[FPSPACE] Natinal Public Radio: Curiosity may have made historical discovery in soil sample testing; results to be announced at AGU meeting, early December

Peter Pesavento pjp961 at svol.net
Tue Nov 20 17:17:39 EST 2012

Anyone know more about this?



>From Space.com via Yahoo




Mars Mystery: Has Curiosity Rover Made Big Discovery?

By Mike Wall | SPACE.com - 3 hrs ago


This story was updated at 2:25 p.m. Eastern time.

NASA's Mars rover Curiosity has apparently made a discovery "for the history
books," but we'll have to wait a few weeks to learn what the new Red Planet
find may be, media reports suggest.

The discovery was made by Curiosity's Sample
6902-mars-rover-curiosity-life-building-blocks.html>  Analysis at Mars
instrument, NPR reported today (Nov. 20). SAM is the rover's onboard
chemistry lab, and it's capable of identifying organic compounds - the
carbon-containing building blocks of life as we know it.

SAM apparently spotted something interesting in a soil sample Curiosity's
huge robotic arm delivered to the instrument recently.

"This data is gonna be one for the history books," Curiosity chief scientist
John Grotzinger, of Caltech in Pasadena, told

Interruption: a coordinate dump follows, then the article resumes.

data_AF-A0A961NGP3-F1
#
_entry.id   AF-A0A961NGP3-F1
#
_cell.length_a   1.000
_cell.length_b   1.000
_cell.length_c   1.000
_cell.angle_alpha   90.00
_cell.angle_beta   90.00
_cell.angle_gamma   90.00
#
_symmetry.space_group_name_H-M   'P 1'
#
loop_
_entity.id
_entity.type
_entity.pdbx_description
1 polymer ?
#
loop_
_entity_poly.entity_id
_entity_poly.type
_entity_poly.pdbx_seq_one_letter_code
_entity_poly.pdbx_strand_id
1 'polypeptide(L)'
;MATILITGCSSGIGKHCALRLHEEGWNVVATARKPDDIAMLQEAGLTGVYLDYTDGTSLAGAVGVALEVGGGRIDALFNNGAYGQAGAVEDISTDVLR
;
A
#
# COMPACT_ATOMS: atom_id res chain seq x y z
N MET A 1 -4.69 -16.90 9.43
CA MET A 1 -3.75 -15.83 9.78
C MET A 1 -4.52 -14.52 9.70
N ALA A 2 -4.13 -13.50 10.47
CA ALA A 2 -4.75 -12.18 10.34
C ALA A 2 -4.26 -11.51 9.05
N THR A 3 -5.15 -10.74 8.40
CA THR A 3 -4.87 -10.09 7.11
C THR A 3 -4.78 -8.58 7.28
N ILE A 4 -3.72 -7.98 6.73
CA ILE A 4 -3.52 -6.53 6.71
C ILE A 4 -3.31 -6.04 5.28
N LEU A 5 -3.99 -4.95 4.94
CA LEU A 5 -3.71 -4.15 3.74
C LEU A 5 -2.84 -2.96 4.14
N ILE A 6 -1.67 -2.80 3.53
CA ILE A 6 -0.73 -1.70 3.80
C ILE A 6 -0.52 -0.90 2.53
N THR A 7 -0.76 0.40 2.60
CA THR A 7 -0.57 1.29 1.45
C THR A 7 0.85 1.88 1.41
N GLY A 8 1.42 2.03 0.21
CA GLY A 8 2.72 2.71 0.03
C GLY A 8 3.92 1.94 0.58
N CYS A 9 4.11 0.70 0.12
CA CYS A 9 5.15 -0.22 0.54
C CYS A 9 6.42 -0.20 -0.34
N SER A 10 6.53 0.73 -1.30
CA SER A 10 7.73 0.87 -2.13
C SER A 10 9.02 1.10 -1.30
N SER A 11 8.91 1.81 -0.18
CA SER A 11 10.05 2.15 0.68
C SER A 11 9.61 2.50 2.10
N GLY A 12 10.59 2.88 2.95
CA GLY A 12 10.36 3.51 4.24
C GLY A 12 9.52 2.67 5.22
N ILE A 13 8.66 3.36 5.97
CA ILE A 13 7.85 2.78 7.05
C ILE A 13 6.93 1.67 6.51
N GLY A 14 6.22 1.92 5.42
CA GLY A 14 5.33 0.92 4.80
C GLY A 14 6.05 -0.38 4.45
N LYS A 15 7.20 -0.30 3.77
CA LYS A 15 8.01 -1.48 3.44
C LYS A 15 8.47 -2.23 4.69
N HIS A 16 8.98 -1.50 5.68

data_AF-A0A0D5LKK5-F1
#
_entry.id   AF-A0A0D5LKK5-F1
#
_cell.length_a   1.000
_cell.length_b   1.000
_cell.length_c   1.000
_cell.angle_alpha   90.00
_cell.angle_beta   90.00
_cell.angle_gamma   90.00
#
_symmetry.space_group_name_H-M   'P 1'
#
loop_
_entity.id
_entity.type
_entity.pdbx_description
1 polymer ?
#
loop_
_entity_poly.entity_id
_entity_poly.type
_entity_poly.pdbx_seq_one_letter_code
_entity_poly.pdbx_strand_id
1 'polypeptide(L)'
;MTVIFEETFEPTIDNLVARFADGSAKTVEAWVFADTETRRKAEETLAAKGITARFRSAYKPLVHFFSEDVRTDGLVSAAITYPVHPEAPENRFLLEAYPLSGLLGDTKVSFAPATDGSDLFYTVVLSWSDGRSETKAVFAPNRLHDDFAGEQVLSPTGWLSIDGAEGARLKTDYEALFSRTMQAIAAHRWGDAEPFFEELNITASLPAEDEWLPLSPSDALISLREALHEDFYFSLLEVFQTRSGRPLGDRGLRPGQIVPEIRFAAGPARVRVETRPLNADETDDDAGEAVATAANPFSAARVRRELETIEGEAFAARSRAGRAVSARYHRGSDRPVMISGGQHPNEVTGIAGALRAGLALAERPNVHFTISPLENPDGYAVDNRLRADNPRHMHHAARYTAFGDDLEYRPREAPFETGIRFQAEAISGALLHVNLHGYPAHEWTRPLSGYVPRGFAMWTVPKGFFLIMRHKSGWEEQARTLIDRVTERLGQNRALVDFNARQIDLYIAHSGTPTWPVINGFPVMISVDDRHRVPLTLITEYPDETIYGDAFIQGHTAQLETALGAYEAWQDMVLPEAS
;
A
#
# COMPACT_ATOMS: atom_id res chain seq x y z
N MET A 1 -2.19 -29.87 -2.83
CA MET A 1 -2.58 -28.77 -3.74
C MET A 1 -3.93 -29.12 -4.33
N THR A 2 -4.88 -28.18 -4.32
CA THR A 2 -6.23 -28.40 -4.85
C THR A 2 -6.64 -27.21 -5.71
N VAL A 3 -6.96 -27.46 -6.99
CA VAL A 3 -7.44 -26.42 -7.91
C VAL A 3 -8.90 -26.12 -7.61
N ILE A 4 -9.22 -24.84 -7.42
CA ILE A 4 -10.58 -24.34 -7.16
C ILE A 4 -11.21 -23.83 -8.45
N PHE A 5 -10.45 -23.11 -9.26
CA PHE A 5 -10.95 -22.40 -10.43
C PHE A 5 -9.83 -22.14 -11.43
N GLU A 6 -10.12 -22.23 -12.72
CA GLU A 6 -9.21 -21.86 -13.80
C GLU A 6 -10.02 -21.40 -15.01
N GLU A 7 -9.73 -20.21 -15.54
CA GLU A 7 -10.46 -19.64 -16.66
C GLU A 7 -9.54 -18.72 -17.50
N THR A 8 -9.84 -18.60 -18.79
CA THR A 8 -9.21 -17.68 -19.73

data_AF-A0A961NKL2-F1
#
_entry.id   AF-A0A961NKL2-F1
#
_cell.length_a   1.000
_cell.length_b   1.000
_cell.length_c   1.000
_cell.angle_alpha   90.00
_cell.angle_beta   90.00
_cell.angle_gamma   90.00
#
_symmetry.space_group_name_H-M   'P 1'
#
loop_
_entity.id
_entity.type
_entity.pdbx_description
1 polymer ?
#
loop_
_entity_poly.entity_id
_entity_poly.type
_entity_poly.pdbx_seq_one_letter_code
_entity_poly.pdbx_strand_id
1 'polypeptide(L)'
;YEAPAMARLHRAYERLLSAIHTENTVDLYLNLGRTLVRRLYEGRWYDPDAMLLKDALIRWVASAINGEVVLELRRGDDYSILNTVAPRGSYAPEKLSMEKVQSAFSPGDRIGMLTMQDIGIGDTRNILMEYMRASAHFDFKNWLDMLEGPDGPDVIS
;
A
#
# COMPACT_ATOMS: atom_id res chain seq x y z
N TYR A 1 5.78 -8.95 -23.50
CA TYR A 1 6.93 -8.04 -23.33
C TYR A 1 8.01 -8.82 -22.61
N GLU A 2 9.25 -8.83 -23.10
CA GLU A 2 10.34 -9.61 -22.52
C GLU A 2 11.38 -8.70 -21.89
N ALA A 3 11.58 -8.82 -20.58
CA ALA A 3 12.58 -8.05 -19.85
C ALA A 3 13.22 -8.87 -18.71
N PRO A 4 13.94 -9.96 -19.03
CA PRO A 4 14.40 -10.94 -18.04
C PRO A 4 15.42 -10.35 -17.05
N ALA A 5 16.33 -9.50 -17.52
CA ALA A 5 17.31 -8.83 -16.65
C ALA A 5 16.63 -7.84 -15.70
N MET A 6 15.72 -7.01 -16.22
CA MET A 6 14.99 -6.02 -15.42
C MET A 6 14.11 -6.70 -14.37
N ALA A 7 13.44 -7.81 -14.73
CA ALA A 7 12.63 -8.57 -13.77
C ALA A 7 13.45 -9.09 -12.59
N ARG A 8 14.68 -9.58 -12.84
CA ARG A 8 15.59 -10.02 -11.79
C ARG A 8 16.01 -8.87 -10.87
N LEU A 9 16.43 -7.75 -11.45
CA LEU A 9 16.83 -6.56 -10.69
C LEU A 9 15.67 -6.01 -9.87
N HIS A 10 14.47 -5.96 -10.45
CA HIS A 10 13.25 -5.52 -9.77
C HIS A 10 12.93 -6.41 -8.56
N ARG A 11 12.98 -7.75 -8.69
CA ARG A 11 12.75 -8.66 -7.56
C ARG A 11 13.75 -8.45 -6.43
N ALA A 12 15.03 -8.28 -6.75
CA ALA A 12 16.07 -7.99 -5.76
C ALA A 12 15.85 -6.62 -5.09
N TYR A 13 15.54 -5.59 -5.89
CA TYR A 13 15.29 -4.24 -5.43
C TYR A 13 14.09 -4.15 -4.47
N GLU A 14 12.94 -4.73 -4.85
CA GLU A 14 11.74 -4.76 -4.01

2/11/20/165513016/big-news-from-mars-rover-scientists-mum-for-now>  NPR.
"It's looking really good."

The rover team won't be ready to announce just what SAM found for several
weeks, NPR reported, as scientists want to check and double-check the
results. Indeed, Grotzinger confirmed to SPACE.com that the news will come
out at the fall meeting of the American Geophysical Union, which takes place
Dec. 3-7 in San Francisco. 

The $2.5 billion Curiosity rover landed inside Mars' huge Gale Crater on
Aug. 5, kicking off a two-year mission to determine if Mars has ever been
capable of supporting microbial life.

The car-size robot carries 10 different instruments to aid in its quest, but
SAM is the rover's heart, taking up more than half of its science payload by

In addition to analyzing soil samples, SAM also takes the measure of Red
Planet air. Many scientists are keen to see if Curiosity detects any
methane, which is produced by many lifeforms here on Earth. A SAM analysis
of Curiosity's first few sniffs found no
8333-mars-rover-curiosity-methane-measurements.html>  definitive trace of
the gas in the Martian atmosphere, but the rover will keep looking.

Curiosity began driving again Friday (Nov. 16) after spending six weeks
testing its soil-scooping gear at a site called "Rocknest." The rover will
soon try out its rock-boring drill for the first time on the Red Planet,
scientists have said.


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